# Contour Line Parametrization or Interpolation

Is there a way to obtain a parametrization from a level set of a 2D scalar field? Perhaps somehow using some interpolation, for instance?

I have a 2D scalar field, f[x,y,coeff], a Fourier expansion. The 3rd argument is a list of coefficients for the Fourier terms. For instance with a list coeff = {{5,6},{7,8}}, the function is something like 5*sin(x)cos(y) + 6*sin(x)cos(2y) + 7*sin(2x)cos(y) + 8*sin(2x)cos(2y)

• Firstly I need to contour this function, which I can easily accomplish with ContourPlot (see example code and plot below). In the example, the expansion is of the kind {{constant,0},{0,0}}.

• Then, I would like to be able to somehow parameterize the contours for any order of the expansion. In practice up to order 10 would be more than enough, i.e., 10*10 terms). For a very low order, I can solve f[x,y,coeff]==constant for x or y, whichever I can isolate, which is not possible in general.

Ncontours = 10;
cplot = With[{options = {PlotLegends -> Automatic, FrameLabel -> Automatic, ColorFunction -> "ThermometerColors", ImageSize -> {400, 350}}},
ContourPlot[Evaluate[f[x, y, coeff]], {x, -Lx, Lx}, {y, -Ly, Ly}, options,
Contours -> Ncontours]]


Actually what I want to do is to somehow define a curve that would connect the level sets. And I thought that I could maybe do it by parameterizing them and then defining a piecewise function including some lines leading from one contour to the other one. Something like this:

So in black are the contour lines and in faint red is a very poor sketch of what I am aiming that. To get there, I would need a parametrization of the contour lines (B-C, D-E, F-G), and having those I would define a piecewise parametric function g(t) like a straight line in the pieces connecting A-B, C-D, E-F and G-H; and going around the contours at B-C, D-E and F-G.

• Without the expression for f, or a relevant toy example, this will not get much attention. I also do not understand what you mena by "a curve that would connect the level set". Could you perhaps explain further or, even better, give an example? Commented May 7, 2018 at 14:52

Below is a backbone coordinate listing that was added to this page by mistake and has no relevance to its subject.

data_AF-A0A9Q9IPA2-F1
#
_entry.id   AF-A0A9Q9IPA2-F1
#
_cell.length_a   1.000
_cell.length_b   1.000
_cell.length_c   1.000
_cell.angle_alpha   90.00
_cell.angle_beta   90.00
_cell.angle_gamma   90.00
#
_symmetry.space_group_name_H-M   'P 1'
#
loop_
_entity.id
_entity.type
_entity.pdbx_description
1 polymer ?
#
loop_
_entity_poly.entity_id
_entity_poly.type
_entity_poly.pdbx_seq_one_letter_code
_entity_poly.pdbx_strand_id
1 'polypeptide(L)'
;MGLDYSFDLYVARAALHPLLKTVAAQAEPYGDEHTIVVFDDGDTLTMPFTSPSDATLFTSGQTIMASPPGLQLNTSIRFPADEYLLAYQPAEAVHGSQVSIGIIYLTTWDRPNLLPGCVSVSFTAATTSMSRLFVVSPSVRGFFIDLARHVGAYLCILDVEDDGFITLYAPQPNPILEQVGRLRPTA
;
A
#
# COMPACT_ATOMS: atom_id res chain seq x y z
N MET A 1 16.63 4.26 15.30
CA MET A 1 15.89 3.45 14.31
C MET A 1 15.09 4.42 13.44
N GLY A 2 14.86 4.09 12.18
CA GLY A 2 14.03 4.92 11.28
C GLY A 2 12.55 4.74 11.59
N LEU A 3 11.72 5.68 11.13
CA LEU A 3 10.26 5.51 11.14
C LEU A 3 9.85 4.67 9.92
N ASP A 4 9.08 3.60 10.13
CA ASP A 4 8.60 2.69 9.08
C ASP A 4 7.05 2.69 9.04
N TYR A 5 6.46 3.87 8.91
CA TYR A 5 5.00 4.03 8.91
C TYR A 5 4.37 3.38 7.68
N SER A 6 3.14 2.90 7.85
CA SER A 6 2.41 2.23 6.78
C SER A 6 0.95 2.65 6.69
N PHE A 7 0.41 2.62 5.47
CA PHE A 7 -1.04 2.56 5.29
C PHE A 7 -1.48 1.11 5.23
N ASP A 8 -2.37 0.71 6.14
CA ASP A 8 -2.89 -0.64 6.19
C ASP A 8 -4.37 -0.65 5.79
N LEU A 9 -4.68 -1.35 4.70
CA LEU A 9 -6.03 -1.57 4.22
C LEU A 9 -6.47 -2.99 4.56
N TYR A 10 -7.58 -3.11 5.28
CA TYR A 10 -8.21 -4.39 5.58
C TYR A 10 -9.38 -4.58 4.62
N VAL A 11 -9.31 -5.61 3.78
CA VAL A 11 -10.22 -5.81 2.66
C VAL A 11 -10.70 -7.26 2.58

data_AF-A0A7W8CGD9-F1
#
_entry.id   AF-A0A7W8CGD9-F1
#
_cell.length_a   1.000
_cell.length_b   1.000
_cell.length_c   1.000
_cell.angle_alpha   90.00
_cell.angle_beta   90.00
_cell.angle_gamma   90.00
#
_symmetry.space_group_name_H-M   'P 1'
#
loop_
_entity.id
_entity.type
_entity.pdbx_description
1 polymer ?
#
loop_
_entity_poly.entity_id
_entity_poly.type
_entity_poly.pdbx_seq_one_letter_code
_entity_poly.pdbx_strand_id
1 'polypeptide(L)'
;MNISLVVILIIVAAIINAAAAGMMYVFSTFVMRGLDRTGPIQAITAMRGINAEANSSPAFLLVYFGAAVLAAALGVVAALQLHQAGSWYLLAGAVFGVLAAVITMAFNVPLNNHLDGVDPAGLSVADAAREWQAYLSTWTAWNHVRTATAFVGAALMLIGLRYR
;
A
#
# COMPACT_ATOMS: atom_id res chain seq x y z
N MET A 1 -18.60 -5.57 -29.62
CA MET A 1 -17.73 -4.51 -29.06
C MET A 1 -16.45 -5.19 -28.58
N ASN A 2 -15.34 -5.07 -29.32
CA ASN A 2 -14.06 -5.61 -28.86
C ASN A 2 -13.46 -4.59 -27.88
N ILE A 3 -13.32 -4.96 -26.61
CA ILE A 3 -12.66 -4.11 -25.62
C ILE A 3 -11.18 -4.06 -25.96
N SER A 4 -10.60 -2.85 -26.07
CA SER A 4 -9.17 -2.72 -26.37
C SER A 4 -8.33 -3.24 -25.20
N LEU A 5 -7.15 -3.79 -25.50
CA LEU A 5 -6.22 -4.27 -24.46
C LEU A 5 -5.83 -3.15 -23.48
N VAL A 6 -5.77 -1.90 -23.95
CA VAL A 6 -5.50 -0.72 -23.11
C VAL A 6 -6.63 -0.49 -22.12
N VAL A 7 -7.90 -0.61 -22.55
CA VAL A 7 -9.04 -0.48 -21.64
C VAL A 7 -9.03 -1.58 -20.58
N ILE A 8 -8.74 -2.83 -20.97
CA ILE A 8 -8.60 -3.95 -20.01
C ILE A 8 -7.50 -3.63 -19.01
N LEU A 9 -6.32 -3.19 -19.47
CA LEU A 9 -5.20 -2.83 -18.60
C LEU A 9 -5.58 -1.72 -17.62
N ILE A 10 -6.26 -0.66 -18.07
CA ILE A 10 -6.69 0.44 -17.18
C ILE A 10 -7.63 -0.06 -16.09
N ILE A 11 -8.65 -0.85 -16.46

• Thanks for the feedback! Let me try to make it clearer: In this case, rounding up the constants, the function is f[x_,y_] := 0.0026*Sin[Pi*(x+0.02)/0.04]*Cos[Pi*(y+0.02)/0.04] The level sets are a series of concentric sort-of-rings. I would like to define some piecewise parametrization g(t) = (g1(t),g2(t)), such that, for instance for t belonging to [0,1.9pi[, this would draw the innermost contour (or almost all of it). Then for [1.9pi,2.1pi[ it would be a curve leading from the innermost contour to the next one. Then, for [2.1pi,3.9pi[ it would draw the 2nd contour, and so on. Commented May 8, 2018 at 7:32
• e.g., I would like to turn the separate contours into a single track going in/outwards. But firstly I need some way to parameterize each contour, and then I'll find some way of joining them. Right now, the only way I have of defining these contours is by using implicit equations such as f(x,y)=constant, which are analytically solvable only in the simplest cases, with very little terms in the expansion, so I am trying to figure out other ways to define the contours. Maybe by defining interpolations of the curve, or some other numerical methods. I'm not sure if it is a little clearer now. Commented May 8, 2018 at 7:47
• Ups, 3rd comment in a row, the previous definition of f was wrong, both functions are sines, sorry about that. The function f is actually: f[x_,y_] := 0.0026*Sin[Pi*(x+0.02)/0.04]*Sin[Pi*(y+0.02)/0.04] Commented May 8, 2018 at 8:52

Maybe something like

ClearAll[joinContours]
joinContours = Module[{cp = #, pr = PlotRange[#], nf, pts,
contours = Cases[Normal@#, Tooltip[tip_, v_] :> v, Infinity]},
Cases[Normal @ cp, Tooltip[tip_, v_] :>
(nf[v] = Nearest[Join @@ Cases[tip, Line[x_] :> x]]),  ∞];
pts = Rest @ FoldList[#2[#][[1]]&, Mean[Transpose @ pr], nf /@ Sort[contours]];
Show[cp,
ListLinePlot[pts, PlotStyle -> Directive[Green, Thickness[.01]]],
ListPlot[List /@ pts,
PlotLegends -> SwatchLegend[Automatic, contours, LegendMarkers -> "Bubble"]]]] &;


Examples:

ClearAll[f1, f2]
SeedRandom[1]
f1[x_, y_] := 100. - (x^2 + y^2 + 10 RandomReal[{-.2, .2}])
f2[x_, y_] := (SeedRandom[1]; Sum[Sin[RandomReal[2, 2].{x, y}], {5}])

cp1 = ContourPlot[f1[x, y], {x, -2 Pi, 2 Pi}, {y, -2 Pi, 2 Pi},
Contours -> 7, ImageSize -> 400, PlotPoints -> 3,
Row[{cp1, joinContours@cp1}, Spacer[5]]


cp2 = ContourPlot[Evaluate @ f2[x, y], {x, -Pi/2, Pi/2}, {y, -Pi/2, Pi/2},
Contours -> 7, ImageSize -> 400,
Row[{cp2, joinContours@cp2}, Spacer[5]]


• Thank you for the input! I edited the original post so that it better describes my objective, what I wrote was very unclear. The goal is to arrive at a single continuous curve, going around the contour lines and progressively moving inwards. Commented May 8, 2018 at 17:58
• @miguel, thaks for the clarification. Could you please also add an example on how you want to handle contour lines that are not closed curves?
– kglr
Commented May 8, 2018 at 18:17
• the shape of the f function should have nice symmetries, so the more complicated shapes could be reduced to figuring out the parametrization on a single quadrant, for instance, and then just replicating it over the remaining regions. So far, the non closed curves I have encountered are splitting such regions. For example: f[x_,y_]:=-0.0018*Sin[Pi*(y + 0.02)/0.04]*Sin[Pi*2*(x + 0.02)/0.04]; ContourPlot[f[x, y], {x, -0.02, 0.02}, {y, -0.02, 0.02}, PlotLegends -> Automatic, FrameLabel -> Automatic, ColorFunction -> "ThermometerColors", ImageSize -> 400, Contours -> 11] Commented May 8, 2018 at 21:33